The North American Vapor Alliance (NAVA) was created to jointly provide the U.S. and Canadian industry, and our respective national regulators, with a comprehensive framework to most effectively and efficiently regulate our industries.

The North American Vapor Alliance is open to membership for any and all federal regulators and not for profit advocacy organizations. Today in North America, and soon the globe. Vapor industry regulation must ensure continued innovation, protect small businesses, and most importantly, achieve meaningful, widespread, public health benefits through the promotion of a vigorous tobacco harm reduction program. The advocacy organizations that join NAVA share a commitment to joint regulatory framework objectives that include the following shared principles:


Electronic vapor products are not tobacco products and should not be regulated as such. They are harm reduction nicotine delivery products, which do not fit under the tobacco regulatory framework.


Regulation of tobacco and nicotine products should be based on an evidence-based “continuum of risk” of the relative harm or benefit the products pose to the consumer’s health. More harmful products (combustible cigarettes far and away the most harmful) require more stringent regulation. Less harmful products require regulations that encourage adult consumers to move from more harmful to lower risk products.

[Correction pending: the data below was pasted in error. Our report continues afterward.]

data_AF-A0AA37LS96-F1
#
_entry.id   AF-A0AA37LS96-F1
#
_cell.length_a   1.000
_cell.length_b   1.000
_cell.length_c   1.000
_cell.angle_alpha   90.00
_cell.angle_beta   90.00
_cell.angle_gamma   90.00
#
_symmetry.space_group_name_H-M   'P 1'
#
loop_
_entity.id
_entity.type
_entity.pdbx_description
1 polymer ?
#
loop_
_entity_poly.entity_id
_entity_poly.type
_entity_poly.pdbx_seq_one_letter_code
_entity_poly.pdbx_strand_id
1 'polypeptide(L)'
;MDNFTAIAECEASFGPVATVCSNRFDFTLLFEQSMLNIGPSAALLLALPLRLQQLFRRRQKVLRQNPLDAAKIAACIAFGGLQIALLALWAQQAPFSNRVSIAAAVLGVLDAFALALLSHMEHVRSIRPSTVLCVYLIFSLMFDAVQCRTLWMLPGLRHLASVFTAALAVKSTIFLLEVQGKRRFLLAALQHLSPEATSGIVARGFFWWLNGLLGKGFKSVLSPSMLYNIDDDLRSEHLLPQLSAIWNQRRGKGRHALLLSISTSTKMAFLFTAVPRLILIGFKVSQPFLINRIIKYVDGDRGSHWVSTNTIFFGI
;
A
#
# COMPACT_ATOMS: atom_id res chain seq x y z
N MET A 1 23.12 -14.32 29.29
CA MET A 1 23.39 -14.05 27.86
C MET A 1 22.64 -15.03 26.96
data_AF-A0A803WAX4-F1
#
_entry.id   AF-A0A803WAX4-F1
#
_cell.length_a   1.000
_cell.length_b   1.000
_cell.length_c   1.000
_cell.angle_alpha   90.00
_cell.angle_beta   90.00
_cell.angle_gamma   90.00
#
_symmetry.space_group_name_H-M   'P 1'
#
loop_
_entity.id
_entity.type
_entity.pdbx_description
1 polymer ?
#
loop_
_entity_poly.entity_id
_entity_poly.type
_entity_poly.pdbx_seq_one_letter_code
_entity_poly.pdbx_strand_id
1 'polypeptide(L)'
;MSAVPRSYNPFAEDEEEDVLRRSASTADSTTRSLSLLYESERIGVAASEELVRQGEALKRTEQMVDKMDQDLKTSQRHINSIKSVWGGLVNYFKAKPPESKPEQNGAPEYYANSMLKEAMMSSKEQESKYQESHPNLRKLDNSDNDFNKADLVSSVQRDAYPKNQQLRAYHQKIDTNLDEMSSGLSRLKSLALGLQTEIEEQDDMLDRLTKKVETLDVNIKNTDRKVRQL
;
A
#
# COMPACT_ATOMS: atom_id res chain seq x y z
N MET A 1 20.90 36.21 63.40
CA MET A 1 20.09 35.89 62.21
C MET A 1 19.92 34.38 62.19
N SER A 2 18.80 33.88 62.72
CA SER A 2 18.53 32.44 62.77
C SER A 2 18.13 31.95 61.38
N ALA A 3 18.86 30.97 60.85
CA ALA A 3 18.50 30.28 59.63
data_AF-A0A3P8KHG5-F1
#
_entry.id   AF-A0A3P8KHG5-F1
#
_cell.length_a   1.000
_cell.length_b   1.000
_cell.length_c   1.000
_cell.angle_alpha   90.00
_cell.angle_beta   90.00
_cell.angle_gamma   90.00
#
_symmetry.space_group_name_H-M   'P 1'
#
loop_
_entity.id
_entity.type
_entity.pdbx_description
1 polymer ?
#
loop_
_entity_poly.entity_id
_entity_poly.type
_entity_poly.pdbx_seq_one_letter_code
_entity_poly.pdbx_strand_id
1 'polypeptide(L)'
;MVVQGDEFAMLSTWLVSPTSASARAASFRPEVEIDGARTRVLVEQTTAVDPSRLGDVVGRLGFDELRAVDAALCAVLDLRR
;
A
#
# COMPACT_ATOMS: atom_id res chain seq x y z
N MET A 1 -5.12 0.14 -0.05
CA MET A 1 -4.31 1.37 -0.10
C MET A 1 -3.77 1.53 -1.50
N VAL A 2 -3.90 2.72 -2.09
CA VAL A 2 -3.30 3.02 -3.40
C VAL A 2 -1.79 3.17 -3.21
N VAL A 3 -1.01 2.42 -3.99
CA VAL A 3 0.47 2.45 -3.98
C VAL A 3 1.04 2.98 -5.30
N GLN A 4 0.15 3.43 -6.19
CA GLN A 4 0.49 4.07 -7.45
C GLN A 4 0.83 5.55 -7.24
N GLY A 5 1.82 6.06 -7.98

Adult consumers should be informed of the relative risks of tobacco products and nicotine replacement alternative technologies and therapies, and cigarette smokers should be encouraged to voluntarily transition off deadly cigarettes and to the least harmful alternatives.


Regulation of electronic vapor products should be based on industry-generated standards that promote consumer safety through mandatory quality-controlled manufacturing and battery/device safety requirements.


Industry should be accountable and transparent. Compliance with such standards must be verified and enforced by FDA/Health Canada.


Regulation must promote continued innovation in the technology.


Regulation should not be so onerous as to impede small business entrepreneurs; nor should it result barriers to entry that only allow “big players” into the marketplace.


Regulation must ensure adult consumers access to the flavors they choose to encourage them to continue harm reduction.


And regulation should require that retail stores be accredited and certified to lead a program to ensure that youth access to products is strictly prohibited.

Darryl Tempest